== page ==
Marcelo acknowledges Shu's influence on his work style, particularly in being more reflective and valuing strong opinions in business operations.

Venture Capital Winners and Losers

  • Winners in venture capital will be those who can positively alter the course of a company's business.
  • Losers will be those relying on passive investment strategies, like betting on trends without selective stock picking.

"Those that can help companies alter the course of their business in a positive manner. Not those that can have access to deals." "People that are just trying to place a range of bets, I don't think that works."

These insights reflect the belief that active engagement and strategic influence in companies are key to success in venture capital, as opposed to passive investment approaches.

Ideal Board Members

  • Marcelo Claure would choose Steve Jobs as a board member because of his intensity and perfectionism.
  • Shu Nyatta would choose Neil Shen for his comprehensive experience and impact on the Chinese ecosystem.

"Steve Jobs." "I'm going to pick Neil Shen."

Marcelo admires Steve Jobs for his intense pursuit of perfection, while Shu respects Neil Shen for his multifaceted success in banking, founding, and investing.

Investment Lessons and Misses

  • Marcelo's biggest miss was Newbank, teaching him not to be stubborn in investment decisions.
  • Shu Nyatta reflects on missing out on OpenAI, emphasizing the need to invest in companies that build necessary infrastructure in thin protocol markets.
  • Marcelo also discusses a regrettable investment in FTX, learning to never invest in what he doesn't fully understand.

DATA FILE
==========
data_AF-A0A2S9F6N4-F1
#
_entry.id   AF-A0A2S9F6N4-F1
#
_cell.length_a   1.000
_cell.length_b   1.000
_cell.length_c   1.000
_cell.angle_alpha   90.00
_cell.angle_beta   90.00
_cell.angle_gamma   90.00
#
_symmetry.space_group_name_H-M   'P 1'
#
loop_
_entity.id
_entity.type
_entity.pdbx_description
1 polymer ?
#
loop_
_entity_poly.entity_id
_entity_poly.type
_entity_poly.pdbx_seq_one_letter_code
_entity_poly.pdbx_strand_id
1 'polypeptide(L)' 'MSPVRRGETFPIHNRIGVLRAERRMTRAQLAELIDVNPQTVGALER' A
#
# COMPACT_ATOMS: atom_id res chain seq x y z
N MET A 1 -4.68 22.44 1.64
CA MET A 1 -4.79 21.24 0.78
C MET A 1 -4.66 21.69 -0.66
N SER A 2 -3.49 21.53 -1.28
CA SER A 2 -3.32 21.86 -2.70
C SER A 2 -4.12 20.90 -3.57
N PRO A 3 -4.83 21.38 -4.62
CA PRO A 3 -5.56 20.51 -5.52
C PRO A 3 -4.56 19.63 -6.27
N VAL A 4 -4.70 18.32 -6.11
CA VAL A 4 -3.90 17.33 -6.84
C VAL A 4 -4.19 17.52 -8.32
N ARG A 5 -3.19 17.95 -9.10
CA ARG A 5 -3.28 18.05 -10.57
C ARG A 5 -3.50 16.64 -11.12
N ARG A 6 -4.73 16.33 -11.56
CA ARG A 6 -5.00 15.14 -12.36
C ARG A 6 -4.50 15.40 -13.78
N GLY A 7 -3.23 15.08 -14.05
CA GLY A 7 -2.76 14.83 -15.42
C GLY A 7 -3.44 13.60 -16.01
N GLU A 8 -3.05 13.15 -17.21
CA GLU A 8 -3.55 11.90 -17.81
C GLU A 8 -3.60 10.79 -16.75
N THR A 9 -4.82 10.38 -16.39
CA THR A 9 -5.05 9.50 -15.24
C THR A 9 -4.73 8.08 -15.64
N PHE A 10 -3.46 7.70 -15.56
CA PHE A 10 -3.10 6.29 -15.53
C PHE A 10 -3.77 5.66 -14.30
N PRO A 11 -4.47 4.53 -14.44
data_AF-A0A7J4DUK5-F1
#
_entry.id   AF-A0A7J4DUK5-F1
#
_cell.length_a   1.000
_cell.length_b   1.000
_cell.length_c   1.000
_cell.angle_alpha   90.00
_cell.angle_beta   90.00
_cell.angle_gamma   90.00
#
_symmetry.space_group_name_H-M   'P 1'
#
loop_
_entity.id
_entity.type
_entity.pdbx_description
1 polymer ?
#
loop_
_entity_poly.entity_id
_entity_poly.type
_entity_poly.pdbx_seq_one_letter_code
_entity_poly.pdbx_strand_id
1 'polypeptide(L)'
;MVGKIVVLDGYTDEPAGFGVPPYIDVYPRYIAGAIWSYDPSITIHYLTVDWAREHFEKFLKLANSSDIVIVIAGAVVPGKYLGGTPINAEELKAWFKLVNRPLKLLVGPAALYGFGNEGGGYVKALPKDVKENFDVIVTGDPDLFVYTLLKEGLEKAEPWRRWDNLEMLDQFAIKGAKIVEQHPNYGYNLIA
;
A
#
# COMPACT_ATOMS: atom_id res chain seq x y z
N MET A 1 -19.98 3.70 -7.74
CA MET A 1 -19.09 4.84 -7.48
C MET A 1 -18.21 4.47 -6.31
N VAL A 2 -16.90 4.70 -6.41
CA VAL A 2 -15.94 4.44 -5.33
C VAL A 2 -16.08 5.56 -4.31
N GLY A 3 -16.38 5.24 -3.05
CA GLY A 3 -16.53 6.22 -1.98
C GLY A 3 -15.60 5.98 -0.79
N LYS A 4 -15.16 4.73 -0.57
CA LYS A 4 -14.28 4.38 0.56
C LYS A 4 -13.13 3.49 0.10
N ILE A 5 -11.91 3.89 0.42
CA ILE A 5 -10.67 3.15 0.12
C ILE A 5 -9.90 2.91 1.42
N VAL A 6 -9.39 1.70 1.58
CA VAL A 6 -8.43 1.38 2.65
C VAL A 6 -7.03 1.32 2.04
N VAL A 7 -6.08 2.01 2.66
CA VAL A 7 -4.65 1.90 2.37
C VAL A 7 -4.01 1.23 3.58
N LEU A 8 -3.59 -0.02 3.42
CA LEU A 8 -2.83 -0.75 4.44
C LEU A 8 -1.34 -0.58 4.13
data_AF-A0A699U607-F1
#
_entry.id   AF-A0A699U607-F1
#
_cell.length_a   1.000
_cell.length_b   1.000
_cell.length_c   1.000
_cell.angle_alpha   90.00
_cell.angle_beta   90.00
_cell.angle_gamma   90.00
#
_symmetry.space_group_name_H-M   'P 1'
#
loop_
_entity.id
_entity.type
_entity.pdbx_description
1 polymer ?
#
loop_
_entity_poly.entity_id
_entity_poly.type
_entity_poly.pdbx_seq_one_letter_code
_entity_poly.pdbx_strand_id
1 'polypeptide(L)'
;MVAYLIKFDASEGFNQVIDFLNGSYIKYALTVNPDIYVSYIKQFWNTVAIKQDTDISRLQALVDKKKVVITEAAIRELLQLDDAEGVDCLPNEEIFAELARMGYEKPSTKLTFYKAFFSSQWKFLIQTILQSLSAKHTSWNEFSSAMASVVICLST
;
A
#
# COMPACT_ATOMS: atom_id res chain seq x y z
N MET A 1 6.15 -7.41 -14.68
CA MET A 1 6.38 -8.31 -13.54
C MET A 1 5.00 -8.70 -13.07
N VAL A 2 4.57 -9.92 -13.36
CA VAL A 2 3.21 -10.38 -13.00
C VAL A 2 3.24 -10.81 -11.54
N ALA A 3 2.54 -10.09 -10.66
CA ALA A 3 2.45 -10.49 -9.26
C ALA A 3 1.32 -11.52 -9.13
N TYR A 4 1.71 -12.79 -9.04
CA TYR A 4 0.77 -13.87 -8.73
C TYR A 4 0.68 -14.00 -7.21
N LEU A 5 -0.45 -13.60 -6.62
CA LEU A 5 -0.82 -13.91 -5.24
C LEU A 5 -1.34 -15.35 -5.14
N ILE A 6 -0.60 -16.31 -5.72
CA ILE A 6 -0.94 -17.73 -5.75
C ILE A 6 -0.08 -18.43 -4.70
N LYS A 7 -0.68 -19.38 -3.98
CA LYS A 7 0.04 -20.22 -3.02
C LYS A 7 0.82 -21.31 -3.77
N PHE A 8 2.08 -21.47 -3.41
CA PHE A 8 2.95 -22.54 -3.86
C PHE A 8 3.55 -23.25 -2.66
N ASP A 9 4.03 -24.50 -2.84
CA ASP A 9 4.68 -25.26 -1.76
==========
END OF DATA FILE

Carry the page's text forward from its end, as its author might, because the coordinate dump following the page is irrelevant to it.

"Probably newbank." "Missing the good ones is as bad as investing in the bad ones." "I'm never going to invest in something that I don't truly understand."

Marcelo openly discusses his investment mistakes, highlighting the importance of flexibility and understanding in venture capital decisions.

Continuous Learning and Knowledge Acquisition

  • Marcelo is dedicated to lifelong learning, exemplified by his involvement with Harvard's AI lab.
  • He emphasizes the importance of understanding industries before investing.
  • Successful individuals often share their knowledge, which can be valuable for learning and decision-making.

"We are lifelong learners." "Isn't it amazing how highly successful people love to share?"

These quotes show Marcelo's commitment to education and learning from others as a crucial aspect of his investment strategy.

Venture Capital Industry Changes

  • The venture capital industry is moving away from rapid investment decisions fueled by fear of missing out (FOMO).
  • There is a shift towards more thoughtful and deliberate investment strategies.
  • The market is becoming more discerning, and only funds that create real value will thrive.

"I think we've fetishized moving quickly." "The venture world is starting to shape up where all these people who thought, hey, let me just mark up a term sheet, because I am betting that somebody's going to come and six months later put a higher valuation, and that's how we made our money."

These observations critique the previous trend of hasty investment decisions and predict a more strategic and value-driven future for venture capital.

Future of Bicycle and Venture Goals

  • Marcelo aspires for Bicycle to be as influential and supportive to Latin American entrepreneurs as Sequoia China is in China.
  • The aim is to be involved in the success of every major company in Latin America.
  • The venture ecosystem is evolving, with direct funding becoming more prevalent.

"I want to be what Sequoia China is to the chinese entrepreneurs." "I want to make sure that in every single great company that is built in Latin America, we have had a role to play."

Marcelo's vision for Bicycle is to become a cornerstone of the Latin American entrepreneurial community, mirroring the success and influence of Sequoia China.